The third story line, the adoptive mother’s longing for a baby to love, is shown through the character of Lucy (Kerry Washington), who with her husband Joseph (David Ramsey) interviews with Sister Joanne to discuss their need for a child to love.  Sister Joanne sets up a meeting between Lucy and Joseph and a 20 year old pregnant woman, Ray (Shareeka Epps) who is searching for the right family to raise her unborn baby.  At her bakery, Lucy is badgered by her mother (S. Epatha Merkerson) who struggles to accept this new style of adoption.  Nevertheless, the mother pulls it together to become her daughter’s main support as she faces the unknown future.  Ray is clear, when they meet, that this is serious business:  she will pick them only if Lucy answers her pointed questions truthfully.  Lucy has been carefully framing her demeanor to help them get a baby; finally she drops the effort to make Ray like her, and answers with the bald truth.  The couple leaves the interview sure they’ll not be chosen, but a call from Sister Joanne soon informs them that Ray has chosen them to be parents for her unborn child and invites them to the hospital for the delivery. 

What follows weaves these three stories into one, reflecting the serendipity of life.  Race and ethnicity is an unspoken theme in this movie and, as one reviewer has noted, the movie weaves white, Hispanic and African-American characters without joke or innuendo and (to that reviewer) is ‘the elephant in the room.’  To the contrary, it seems to me that this movie accurately reflects today’s melded communities and models tolerance in a positive way.  Indeed, acceptance of difference, whether race, personality, aptitude or attitude, is integral to the world of adoption.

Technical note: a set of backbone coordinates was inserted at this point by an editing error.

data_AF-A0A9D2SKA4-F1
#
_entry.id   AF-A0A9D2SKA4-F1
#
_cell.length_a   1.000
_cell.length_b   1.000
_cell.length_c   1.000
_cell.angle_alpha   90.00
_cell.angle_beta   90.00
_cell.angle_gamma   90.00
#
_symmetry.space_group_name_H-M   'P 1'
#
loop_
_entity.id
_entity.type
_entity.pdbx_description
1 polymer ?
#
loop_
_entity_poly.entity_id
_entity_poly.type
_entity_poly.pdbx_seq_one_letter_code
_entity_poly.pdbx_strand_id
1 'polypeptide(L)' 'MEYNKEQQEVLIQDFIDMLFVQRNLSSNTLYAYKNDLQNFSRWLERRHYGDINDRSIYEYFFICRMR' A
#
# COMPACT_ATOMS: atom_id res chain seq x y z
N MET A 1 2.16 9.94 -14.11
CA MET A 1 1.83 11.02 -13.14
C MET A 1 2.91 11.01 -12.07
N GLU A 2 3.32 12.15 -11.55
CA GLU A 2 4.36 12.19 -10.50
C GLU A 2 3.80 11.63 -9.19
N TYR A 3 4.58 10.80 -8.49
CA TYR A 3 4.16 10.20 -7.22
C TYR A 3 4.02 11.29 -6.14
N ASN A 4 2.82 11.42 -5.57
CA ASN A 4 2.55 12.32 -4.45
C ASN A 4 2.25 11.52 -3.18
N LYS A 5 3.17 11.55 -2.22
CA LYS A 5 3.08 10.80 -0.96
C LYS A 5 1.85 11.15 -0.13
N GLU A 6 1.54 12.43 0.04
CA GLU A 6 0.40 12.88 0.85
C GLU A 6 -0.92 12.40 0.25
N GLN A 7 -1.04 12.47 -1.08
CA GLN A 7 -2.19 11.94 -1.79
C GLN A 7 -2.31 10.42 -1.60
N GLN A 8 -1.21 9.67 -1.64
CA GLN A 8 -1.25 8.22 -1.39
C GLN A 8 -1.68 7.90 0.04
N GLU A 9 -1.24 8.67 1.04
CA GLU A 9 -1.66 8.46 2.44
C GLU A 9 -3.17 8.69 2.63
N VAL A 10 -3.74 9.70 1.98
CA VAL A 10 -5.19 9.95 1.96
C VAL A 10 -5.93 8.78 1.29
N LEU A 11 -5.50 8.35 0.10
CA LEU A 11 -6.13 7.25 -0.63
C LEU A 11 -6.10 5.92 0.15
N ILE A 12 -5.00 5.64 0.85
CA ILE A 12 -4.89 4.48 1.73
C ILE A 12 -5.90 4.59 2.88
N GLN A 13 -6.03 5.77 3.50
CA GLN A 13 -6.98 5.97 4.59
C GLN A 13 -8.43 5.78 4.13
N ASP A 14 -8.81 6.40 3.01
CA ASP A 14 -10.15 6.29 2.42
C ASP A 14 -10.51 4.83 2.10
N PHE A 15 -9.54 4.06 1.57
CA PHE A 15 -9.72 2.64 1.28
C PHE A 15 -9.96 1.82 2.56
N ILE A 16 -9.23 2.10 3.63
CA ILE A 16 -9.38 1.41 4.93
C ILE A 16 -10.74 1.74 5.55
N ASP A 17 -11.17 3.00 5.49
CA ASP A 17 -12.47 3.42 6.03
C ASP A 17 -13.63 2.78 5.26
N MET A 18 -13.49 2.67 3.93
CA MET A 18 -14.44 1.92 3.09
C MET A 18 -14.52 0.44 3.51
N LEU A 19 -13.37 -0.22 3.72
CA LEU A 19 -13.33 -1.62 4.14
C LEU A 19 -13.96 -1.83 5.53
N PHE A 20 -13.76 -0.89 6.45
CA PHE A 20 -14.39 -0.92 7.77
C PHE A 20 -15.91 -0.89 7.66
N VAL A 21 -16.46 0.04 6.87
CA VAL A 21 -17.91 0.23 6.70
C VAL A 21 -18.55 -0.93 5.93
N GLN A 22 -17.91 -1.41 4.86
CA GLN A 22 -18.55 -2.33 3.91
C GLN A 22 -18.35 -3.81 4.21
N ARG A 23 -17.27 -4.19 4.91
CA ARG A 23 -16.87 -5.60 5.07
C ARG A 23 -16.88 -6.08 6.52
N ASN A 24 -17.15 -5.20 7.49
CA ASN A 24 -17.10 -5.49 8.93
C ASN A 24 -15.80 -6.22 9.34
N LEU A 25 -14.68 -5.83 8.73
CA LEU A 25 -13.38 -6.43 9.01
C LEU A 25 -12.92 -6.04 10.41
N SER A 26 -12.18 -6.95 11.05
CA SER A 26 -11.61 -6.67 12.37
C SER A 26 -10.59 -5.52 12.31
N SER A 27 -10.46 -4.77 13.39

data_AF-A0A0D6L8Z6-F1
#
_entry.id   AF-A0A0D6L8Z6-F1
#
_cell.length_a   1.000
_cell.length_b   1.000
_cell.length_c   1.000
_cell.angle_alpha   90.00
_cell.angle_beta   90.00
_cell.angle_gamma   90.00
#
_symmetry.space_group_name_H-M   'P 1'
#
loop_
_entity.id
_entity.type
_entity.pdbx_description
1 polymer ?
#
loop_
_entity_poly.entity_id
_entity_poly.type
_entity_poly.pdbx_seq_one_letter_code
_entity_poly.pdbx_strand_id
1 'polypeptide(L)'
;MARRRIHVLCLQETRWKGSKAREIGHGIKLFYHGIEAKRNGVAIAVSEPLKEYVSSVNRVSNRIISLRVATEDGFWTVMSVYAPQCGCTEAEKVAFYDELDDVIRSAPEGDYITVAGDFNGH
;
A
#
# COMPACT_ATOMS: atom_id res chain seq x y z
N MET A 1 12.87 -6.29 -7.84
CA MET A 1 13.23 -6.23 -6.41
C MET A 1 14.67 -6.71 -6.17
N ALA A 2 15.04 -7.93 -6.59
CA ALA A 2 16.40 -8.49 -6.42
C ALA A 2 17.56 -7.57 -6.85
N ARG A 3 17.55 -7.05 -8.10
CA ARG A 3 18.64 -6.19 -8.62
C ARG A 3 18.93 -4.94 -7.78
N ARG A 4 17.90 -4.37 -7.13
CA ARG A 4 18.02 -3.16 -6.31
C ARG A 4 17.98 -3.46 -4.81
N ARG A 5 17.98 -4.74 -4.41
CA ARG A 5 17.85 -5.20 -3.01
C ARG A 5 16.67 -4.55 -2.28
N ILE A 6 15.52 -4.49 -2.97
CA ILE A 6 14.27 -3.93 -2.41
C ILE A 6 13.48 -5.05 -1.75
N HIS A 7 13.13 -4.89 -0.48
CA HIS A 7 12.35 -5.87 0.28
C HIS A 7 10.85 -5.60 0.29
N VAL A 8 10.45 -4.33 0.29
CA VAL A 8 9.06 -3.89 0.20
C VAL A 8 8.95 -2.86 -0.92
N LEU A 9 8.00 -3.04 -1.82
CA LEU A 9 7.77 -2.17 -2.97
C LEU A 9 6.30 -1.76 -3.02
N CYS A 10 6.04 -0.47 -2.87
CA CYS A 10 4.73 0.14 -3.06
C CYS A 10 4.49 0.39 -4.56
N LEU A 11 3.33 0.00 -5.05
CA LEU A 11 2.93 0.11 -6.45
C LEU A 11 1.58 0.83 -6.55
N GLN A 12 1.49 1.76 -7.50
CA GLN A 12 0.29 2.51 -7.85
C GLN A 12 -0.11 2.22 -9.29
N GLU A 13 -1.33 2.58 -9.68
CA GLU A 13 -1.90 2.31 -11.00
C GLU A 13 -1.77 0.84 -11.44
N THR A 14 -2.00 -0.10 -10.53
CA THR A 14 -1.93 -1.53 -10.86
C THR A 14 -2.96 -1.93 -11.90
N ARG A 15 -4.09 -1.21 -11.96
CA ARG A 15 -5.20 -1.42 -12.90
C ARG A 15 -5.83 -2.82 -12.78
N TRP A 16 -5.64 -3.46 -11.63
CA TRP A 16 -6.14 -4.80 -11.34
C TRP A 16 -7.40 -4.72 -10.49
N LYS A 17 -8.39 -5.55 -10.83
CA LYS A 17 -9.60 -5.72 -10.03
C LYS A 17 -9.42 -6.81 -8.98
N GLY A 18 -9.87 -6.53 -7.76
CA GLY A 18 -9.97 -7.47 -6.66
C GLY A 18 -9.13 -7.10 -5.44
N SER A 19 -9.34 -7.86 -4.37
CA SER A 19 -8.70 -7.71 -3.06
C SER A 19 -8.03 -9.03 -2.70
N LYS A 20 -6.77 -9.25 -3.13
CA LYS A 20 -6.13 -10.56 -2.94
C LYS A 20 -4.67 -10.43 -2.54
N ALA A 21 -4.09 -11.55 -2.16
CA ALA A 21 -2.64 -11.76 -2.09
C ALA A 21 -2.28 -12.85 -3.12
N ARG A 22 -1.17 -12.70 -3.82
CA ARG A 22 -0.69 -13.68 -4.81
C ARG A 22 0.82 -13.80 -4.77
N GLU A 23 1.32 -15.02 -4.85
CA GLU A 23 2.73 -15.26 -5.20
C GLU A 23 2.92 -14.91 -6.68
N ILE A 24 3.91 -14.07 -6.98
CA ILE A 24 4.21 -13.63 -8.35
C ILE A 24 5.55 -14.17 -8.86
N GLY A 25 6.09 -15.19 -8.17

To prepare for writing this review, I read other posted reviews of Mother and Child.  Most negative reviews were penned by males who decry the piteous, thin portrayals of men in the movie and declare this a ‘chick flick’ thereby dismissing the power of the issue of adoption.  Indeed, if I were to make changes to the characters portrayed, I would have fleshed out the role of Joseph, who states:  “Lucy, I don’t want to do this; I want a child of my own.”  I would have stuck with Joseph until he discovers, much to his amazement and to his wife’s relief (and like many couples I’ve worked with), that he is up to the task of loving a child not born of his blood line.  And, we don’t need another adoption movie with a prospective father who, like Jason Bateman’s character in Juno, bails out of the adoption, pre-placement!

One more thing about the way the movie looks on screen:  the colors are muted, the sets seem to be real places, the over-all feel is one of authenticity.  The dulling effect is subtle, and contrasts with the highly emotional issues dealt with in the movie.  This is Los Angeles without the glitter; it is the busy ‘burbs without adornment.  None is needed.  The issues are real.  Rodrigo Garcia has, I believe, accomplished his goal of making us aware longing for ‘the other’ of these relationships. 

I still wish to see the movie a second time, and it is unfortunate that this appears to be a movie with limited distribution.  I pledge to post the DVD release date on my blog when I learn it.  When the DVD comes out, I know there will be a screening party with friends, colleagues and adoption circle members – including birth fathers, adopted men, as well as adoptive fathers and significant others.    I invite readers to hold your own screening parties and share your impressions here.  If you write about this movie on another blog, let me know and I’ll cross-reference-link to your blog.  We’d better plan a late night for our screening parties; there will be lots to talk about when the movie ends!

“Then She Found Me” – movie vs book

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This was first published on June 3, 2009 by bethkoz.

Back in May 2008 when I saw the movie “Then She Found Me” starring Helen Hunt and Bette Midler, I was impressed with the extensive adoption issues covered: infertility, ‘adopted child’ vs ‘home grown’, being found vs searching, the poignancy of the adoptee’s longing for a child of her body rather than through adoption, the anxieties expressed about search. When the credits ran, I noticed that it was based on a book. A friend said she had read it and it was different from the movie.